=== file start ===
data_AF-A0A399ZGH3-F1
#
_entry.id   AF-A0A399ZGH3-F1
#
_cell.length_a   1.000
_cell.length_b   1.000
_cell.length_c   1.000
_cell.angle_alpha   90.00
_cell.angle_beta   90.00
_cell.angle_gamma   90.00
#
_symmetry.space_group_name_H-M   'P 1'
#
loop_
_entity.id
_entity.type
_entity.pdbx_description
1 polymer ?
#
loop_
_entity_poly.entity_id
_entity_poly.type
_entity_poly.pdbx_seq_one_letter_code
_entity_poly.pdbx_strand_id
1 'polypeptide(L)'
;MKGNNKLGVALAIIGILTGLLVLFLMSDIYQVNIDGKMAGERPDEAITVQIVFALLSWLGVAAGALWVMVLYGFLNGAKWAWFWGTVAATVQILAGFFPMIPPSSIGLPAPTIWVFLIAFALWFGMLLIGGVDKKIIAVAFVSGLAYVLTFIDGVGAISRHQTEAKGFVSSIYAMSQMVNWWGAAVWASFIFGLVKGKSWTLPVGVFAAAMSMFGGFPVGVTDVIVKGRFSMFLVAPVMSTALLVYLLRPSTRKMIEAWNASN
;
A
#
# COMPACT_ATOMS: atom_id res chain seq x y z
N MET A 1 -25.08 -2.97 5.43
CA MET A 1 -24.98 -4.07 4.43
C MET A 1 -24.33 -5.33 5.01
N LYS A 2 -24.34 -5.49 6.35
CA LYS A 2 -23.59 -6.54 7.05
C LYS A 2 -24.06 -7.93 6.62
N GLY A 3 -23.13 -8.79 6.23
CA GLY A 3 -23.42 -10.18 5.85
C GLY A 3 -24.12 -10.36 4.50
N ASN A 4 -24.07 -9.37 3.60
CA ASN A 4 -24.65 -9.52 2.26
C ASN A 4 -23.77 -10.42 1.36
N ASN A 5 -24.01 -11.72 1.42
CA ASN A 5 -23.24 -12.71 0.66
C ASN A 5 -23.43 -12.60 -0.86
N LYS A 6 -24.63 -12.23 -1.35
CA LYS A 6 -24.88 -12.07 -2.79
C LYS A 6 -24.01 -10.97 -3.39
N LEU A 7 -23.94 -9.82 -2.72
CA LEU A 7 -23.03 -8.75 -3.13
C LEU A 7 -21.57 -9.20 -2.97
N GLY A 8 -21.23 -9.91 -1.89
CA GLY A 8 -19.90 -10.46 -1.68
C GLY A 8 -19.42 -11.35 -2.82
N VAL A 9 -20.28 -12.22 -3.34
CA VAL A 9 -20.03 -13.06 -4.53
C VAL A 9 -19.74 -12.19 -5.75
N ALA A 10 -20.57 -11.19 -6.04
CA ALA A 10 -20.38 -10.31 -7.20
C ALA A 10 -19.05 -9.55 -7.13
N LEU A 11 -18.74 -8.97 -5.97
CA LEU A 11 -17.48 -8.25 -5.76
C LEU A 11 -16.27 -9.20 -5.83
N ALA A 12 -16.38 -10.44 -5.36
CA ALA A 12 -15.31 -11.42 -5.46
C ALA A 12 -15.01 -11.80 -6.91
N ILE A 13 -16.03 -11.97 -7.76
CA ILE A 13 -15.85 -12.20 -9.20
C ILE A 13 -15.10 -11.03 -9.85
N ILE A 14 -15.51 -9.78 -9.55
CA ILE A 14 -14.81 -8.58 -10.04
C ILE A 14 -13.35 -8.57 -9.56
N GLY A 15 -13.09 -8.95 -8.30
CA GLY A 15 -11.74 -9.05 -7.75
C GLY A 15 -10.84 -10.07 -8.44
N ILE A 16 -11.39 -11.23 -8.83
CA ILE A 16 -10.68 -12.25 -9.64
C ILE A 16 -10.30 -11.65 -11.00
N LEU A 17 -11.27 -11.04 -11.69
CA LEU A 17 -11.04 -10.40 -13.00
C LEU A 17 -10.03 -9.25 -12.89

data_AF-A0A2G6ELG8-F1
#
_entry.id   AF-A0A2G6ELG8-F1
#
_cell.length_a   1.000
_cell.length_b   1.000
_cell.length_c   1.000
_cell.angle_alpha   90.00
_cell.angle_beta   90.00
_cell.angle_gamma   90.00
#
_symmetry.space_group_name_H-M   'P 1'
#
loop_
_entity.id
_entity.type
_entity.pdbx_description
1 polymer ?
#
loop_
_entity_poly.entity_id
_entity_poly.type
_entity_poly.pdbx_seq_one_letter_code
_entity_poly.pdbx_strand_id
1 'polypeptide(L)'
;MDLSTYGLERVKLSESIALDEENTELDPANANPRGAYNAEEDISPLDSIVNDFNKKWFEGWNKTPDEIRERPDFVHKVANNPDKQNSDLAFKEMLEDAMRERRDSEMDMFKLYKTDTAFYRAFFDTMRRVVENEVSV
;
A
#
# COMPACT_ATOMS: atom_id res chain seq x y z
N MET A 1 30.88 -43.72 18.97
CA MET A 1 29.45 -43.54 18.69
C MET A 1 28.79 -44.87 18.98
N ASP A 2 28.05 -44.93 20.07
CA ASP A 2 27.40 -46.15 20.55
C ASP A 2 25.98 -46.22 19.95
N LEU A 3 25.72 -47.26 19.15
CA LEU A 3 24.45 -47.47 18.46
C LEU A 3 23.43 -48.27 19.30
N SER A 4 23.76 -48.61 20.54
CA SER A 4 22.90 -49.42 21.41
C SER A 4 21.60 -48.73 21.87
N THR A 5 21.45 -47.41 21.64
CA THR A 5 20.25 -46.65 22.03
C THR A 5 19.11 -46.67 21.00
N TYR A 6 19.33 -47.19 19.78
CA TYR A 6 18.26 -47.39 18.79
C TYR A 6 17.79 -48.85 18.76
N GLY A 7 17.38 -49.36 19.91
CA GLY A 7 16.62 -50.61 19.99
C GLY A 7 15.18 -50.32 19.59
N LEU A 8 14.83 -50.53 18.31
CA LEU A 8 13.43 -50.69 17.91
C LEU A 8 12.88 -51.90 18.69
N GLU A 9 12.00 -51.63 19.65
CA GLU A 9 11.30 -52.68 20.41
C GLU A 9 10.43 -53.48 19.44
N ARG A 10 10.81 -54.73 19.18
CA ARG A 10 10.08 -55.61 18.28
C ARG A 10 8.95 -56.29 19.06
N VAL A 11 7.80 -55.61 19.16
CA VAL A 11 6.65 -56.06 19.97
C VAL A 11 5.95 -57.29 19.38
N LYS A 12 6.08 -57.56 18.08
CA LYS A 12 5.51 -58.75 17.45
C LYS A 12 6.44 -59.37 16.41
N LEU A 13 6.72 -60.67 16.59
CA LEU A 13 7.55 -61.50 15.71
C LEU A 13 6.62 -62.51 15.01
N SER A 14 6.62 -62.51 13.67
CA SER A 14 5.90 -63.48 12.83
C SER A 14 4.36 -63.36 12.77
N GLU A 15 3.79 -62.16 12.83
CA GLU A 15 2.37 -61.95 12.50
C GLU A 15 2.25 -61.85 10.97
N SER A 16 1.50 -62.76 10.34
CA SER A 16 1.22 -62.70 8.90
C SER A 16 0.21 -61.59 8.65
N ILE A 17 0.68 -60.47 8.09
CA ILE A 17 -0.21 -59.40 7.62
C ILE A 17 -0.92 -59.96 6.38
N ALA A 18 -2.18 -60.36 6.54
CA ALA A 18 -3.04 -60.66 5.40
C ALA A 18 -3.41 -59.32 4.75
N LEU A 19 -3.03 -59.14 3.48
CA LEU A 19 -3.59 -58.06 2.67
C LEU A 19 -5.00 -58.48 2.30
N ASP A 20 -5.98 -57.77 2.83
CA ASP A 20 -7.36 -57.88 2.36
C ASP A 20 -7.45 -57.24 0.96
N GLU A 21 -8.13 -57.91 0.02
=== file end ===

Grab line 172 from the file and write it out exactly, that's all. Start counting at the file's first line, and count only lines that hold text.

N GLU A 21 -8.13 -57.91 0.02